How do you document your life?

How do you document your life?

If there is anything I’ve learnt in the last few weeks, it’s how completely out of control we really are. It’s the same lesson I always learn.

We like to think we have it all planned out. That life is working for us. We can’t see what’s around the corner, but we act like we can. We make plans and assume life will do what we tell it to. Yeah right.

There is however, so much we can control.

And for me, it was always about telling stories.

Stories From a Backpack

I wanted to capture and save, document and relive the wonderous adventures I’ve worked so hard for. I wanted a place to store my memories. I wanted to control how I documented the days I’ve lived and loved.  And protect the moments I didn’t ever want to forget.

For me, it was always about documenting my life with words.

What about you friend? How do you document your life? Or don’t you? Do you let the good moments slip past, a brief fleeting instance that was enjoyed and then forgotten? Do you capture photos? Or do you rely on your memory? Do you hope it will store the technicolour flashes of life in crystal clear HD? How do you treasure your memories?

Have you ever thought about writing it down?

How do you document your life?

You don’t have to share what you write. It doesn’t have to make sense. It doesn’t have to be carefully scrawled into a brand-new notebook. It doesn’t have to be typed into a crisp and glowing screen.  It can be furiously tapped on a phone, the light glowing under the covers as you remember a precious memory in the middle of the night. It can be scribbled on the back of a scrap piece of paper as you wait for the pasta to boil.  You could even write a small story on a postcard, like the hundreds that are shared on Post Secret (If you’ve never been on Post Secret before, it’s fascinating).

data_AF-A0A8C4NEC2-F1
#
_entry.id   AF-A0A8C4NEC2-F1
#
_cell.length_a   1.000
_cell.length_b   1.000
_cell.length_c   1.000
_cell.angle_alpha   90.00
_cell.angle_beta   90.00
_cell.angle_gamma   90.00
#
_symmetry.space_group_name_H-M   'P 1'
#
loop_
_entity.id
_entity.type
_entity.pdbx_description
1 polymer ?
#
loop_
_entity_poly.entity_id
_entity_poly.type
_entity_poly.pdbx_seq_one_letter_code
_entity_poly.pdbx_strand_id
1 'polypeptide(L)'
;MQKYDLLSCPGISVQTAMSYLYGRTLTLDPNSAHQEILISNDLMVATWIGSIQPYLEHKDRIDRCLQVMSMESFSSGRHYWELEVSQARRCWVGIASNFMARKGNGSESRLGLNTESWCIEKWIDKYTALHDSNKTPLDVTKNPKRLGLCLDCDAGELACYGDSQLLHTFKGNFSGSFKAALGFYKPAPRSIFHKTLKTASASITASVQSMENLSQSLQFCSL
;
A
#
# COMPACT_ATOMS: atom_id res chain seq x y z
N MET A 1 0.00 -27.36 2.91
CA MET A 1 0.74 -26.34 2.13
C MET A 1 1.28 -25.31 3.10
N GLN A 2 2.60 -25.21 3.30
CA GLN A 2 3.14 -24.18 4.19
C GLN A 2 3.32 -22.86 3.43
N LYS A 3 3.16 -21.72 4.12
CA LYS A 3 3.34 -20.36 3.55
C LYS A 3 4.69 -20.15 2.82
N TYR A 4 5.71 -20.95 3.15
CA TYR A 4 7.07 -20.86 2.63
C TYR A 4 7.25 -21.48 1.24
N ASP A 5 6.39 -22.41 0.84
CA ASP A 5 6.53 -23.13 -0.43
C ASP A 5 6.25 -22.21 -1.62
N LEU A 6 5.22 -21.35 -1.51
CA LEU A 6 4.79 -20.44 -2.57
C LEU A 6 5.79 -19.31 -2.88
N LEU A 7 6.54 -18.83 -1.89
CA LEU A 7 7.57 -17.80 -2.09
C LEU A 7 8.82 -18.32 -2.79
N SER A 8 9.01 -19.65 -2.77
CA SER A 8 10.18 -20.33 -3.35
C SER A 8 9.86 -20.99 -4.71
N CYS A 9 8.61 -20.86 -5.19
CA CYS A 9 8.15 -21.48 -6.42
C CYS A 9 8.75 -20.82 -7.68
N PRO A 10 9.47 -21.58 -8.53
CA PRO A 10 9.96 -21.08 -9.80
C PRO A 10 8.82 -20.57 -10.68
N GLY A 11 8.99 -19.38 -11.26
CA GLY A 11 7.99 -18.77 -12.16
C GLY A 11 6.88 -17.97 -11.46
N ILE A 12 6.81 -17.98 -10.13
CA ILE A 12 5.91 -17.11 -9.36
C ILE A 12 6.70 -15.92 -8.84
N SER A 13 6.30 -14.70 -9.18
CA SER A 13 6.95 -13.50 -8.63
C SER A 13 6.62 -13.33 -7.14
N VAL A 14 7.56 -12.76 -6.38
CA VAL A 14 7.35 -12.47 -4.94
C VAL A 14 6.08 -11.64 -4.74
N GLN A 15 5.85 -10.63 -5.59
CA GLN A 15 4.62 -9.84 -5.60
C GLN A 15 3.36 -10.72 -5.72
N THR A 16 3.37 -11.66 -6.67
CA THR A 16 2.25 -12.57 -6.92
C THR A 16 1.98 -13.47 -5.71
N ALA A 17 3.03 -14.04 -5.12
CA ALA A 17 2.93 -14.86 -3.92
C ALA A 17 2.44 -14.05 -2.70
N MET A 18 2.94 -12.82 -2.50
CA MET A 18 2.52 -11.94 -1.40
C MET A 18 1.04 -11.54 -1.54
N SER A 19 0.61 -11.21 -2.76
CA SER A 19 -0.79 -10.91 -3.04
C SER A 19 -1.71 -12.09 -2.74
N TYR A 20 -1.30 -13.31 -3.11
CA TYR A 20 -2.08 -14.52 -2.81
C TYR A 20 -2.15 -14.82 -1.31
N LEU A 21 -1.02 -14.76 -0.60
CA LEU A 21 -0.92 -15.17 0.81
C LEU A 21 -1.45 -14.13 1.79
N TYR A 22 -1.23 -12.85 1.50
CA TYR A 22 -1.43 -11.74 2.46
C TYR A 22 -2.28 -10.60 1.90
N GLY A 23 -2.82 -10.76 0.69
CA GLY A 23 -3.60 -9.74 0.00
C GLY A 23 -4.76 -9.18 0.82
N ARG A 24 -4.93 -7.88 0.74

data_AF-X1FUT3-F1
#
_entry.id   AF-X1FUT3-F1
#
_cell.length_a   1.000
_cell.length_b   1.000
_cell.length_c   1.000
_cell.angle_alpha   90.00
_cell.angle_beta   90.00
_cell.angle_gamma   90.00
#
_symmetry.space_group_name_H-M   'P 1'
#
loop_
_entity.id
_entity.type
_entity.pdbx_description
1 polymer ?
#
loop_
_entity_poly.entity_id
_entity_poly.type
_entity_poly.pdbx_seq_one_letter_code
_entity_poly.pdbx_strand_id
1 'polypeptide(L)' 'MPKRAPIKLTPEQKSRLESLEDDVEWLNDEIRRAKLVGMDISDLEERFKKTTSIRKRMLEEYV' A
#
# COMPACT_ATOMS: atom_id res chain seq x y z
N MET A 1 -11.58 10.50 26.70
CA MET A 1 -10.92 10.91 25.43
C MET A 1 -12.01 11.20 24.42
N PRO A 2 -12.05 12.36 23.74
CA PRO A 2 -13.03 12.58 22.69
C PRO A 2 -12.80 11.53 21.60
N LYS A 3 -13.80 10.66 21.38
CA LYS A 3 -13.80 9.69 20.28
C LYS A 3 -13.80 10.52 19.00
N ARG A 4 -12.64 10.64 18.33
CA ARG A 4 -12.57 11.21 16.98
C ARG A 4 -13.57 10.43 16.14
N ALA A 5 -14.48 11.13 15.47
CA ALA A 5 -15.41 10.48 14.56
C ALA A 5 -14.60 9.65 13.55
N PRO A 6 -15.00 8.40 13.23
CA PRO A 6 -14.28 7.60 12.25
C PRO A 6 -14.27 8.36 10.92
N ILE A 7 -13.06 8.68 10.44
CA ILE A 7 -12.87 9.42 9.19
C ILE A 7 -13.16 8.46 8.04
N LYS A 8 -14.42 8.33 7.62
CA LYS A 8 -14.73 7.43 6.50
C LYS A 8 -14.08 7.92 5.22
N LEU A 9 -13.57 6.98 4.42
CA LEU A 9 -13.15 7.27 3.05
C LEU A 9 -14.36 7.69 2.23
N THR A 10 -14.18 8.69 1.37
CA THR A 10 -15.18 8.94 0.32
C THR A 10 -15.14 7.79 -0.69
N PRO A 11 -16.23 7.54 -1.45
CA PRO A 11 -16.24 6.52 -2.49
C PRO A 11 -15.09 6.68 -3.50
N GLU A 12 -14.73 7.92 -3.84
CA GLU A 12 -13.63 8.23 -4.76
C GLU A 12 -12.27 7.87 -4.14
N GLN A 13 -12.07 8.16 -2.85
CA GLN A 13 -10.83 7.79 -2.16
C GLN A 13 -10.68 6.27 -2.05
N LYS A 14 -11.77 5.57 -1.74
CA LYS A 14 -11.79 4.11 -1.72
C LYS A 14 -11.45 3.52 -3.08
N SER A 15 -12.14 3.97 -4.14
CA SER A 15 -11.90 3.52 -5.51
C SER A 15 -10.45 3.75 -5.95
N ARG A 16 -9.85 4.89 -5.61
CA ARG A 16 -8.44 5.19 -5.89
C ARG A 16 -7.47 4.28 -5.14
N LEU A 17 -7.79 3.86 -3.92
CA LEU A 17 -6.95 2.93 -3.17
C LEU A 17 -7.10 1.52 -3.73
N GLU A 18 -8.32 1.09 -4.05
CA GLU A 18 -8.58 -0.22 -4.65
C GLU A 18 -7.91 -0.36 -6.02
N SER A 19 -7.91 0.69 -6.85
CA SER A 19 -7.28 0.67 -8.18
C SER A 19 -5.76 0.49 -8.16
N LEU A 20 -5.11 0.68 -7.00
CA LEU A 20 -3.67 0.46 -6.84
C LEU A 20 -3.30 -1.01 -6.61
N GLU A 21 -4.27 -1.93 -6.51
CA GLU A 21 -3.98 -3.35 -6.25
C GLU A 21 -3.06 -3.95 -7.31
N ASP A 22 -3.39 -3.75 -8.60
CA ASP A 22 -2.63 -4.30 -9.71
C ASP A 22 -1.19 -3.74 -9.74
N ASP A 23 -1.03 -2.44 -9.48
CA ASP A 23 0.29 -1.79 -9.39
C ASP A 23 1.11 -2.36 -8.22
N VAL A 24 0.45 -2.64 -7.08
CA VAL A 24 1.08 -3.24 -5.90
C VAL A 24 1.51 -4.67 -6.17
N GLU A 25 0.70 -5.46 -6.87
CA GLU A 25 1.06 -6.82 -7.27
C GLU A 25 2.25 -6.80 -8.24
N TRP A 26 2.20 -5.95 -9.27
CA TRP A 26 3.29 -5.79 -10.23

Writing down stories can even help you slow down time.

Reasons why you should document your life

Documenting your life is something you should be considering. There are some amazing TED talks about this.

But most importantly you should document your life because there is only one of you, you are unique. Only you have seen the world through your eyes. This is your life, share your story and make your mark.

I can help you

Most people don’t write because:

  • They feel they don’t have time
  • They think their words don’t matter
  • They don’t know how
  • They think they don’t have ideas

Do any of those sound like you friend?

Can you really say you don’t have time to document your life? To savour stories, you can share with your family. You don’t have time to carve out fun tales you can share over a meal? What about the places that made you who you are, can you say that those places don’t matter enough for you to write about them?

I can help you with the how, the ideas and the time. But you have to believe in your stories. You have to believe that your words matter. You will never regret writing a story down. You only regret the stories you don’t tell.

You are an everyday storyteller

It’s time to start documenting your life. I’ve written a book to help you become and Everday Storyteller. A Step by step guide to writing about your travels, adventures & life.

“So this, I believe is the central question upon which all creative living hinges: do you have the courage to bring forth the treasures that are hidden within you?”

– Elizabeth Gilbert.
How do you document your life?

How will you document your life?

  • A line a day or a question a day – A quick way to document your life and see how it changes.
  • Photo albums – Physically print out the pictures you love. You could have your top 10 pictures each month. Nobody prints photos out anymore. Spend a day a month documenting your life with photos.
  • Keepsakes box – Collect small things that remind you of stories. A cinema ticket, a leaflet for a course you went on.  Your favourite coffee shop’s business card. So many stories are stored in things. Save them.